The State Dept Used $400 Million As “leverage” to Ensure Prisoners Were Returned

That sounds like ransom

State Dept. Spokesman John Kirby taking question about Iran payment during daily press briefing

With one word, the Obama State Department has blown the doors off of their defense against the claims of quid pro quo concerning the $400 million in cash handed over to Iran during the time American hostages were released.

During the daily press briefing Thursday, State Department Spokesman John Kirby placed himself and his bosses in a compromising situation. When asked if he “disputed” anything the Wall Street Journal wrote in their article about the claims of the money being paid as ransom, Kirby answered with the following:

“we deliberately leveraged that moment to finalize these outstanding issues nearly simultaneously. It’s already publicly known that we returned to Iran its $400 million in that same time period as part of The Hague settlement agreement. With concerns that Iran may renege on the prisoner release given unnecessary delays regarding persons in Iran who could not be located as well as, to be quite honest, mutual mistrust between Iran and the United States, we, of course, sought to retain maximum leverage until after American citizens were released. That was our top priority.”

His answer substantiated what many already condemned the administration for, a ransom payment in exchange for American hostages. Nevertheless, the administration claims it did not pay a ransom.

If that were the case, why didn’t Obama and his officials divulge in the beginning what they’re expressing now? When the story first broke in the beginning of August, Obama and a host of top officials denied any direct connection between the release of hostages and $400 million in cash being paid to Iran.

The administration now avows the only link between the cash payment to Iran and the hostages’ return transpired at the end of negotiating both deals separately.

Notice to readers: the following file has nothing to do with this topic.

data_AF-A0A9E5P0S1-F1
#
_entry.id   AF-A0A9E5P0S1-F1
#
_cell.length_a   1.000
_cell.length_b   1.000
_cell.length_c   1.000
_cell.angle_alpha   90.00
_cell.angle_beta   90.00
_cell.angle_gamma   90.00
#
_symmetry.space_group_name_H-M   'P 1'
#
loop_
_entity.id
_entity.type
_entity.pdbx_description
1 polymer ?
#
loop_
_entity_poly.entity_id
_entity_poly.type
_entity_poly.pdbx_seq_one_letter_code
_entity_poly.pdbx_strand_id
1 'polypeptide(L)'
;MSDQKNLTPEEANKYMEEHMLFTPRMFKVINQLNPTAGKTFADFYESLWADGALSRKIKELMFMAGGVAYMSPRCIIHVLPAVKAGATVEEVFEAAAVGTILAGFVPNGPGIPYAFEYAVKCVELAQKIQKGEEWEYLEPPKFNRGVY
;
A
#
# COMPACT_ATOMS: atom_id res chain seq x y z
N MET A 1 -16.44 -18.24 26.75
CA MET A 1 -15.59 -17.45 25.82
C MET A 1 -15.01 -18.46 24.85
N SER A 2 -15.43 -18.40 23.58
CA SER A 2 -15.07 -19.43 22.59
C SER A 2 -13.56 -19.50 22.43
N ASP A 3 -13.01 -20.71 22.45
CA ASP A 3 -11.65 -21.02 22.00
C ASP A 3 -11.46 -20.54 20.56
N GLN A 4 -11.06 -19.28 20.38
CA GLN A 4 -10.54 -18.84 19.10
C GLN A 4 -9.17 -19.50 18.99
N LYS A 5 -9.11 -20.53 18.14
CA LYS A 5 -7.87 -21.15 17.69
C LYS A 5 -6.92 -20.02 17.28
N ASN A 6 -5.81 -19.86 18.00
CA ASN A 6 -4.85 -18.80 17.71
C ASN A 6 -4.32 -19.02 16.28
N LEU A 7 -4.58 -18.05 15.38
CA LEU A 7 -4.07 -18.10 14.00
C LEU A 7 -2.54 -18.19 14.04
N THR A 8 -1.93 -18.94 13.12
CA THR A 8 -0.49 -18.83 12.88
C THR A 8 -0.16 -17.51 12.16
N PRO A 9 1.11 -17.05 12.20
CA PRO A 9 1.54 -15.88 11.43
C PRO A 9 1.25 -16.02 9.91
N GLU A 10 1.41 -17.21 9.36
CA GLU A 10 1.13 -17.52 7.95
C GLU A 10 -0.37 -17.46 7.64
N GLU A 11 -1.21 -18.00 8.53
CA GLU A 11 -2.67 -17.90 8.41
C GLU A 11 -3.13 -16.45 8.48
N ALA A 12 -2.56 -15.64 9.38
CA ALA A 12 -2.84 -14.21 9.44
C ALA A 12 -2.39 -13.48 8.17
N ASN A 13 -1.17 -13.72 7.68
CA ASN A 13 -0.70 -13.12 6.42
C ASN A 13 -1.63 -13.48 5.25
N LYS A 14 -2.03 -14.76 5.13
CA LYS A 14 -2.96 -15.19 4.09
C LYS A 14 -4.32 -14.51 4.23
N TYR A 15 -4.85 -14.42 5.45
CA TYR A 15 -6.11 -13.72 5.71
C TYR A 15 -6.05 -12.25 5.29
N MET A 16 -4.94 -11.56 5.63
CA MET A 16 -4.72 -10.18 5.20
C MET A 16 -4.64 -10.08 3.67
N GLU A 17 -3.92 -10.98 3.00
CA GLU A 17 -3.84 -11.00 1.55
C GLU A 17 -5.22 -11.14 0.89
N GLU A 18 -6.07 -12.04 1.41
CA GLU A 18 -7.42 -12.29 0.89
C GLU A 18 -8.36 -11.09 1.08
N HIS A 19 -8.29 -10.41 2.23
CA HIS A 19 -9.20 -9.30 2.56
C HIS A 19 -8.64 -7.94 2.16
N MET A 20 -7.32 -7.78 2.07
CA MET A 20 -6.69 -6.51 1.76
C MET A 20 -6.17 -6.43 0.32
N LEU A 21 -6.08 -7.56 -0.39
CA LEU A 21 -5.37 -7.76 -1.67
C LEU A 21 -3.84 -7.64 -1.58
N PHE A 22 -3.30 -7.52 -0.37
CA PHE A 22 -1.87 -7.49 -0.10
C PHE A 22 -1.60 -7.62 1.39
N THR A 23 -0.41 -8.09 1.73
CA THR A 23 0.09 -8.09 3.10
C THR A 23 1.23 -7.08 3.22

For this purpose, the administration wants Americans to understand the United States used the money as “leverage” to ensure the safe return of hostages. That is to say, it was negotiated the plane with the money would depart once the plane with the hostages was off the ground. This is quid pro quo.

Supporters of the administration’s actions claim since the money was sent after the hostages were already en route from Iran, the US did not partake in ransom payments in any way. They maintain ransom is money being paid, then the release of hostages occurring.

Since the administration and supporters are using this definition of ransom to deny they have paid such, let’s take a look at the definition of quid pro quo:

The fact is, and the State Department now concedes, money was exchanged for prisoners. It can be called “leverage” or anything besides ransom, but the simple truth is cash was traded for American hostages.

Ransom is ransom. It doesn’t matter how someone tries to explain the word and action away. Without doubt, if money or anything is exchanged in any form for people, a ransom payment has occurred.

Whether all Americans come to agree on this topic or not, nations hostile to America will surely take this as a ransom payment. Even worse, the Tehran is describing this payment as such.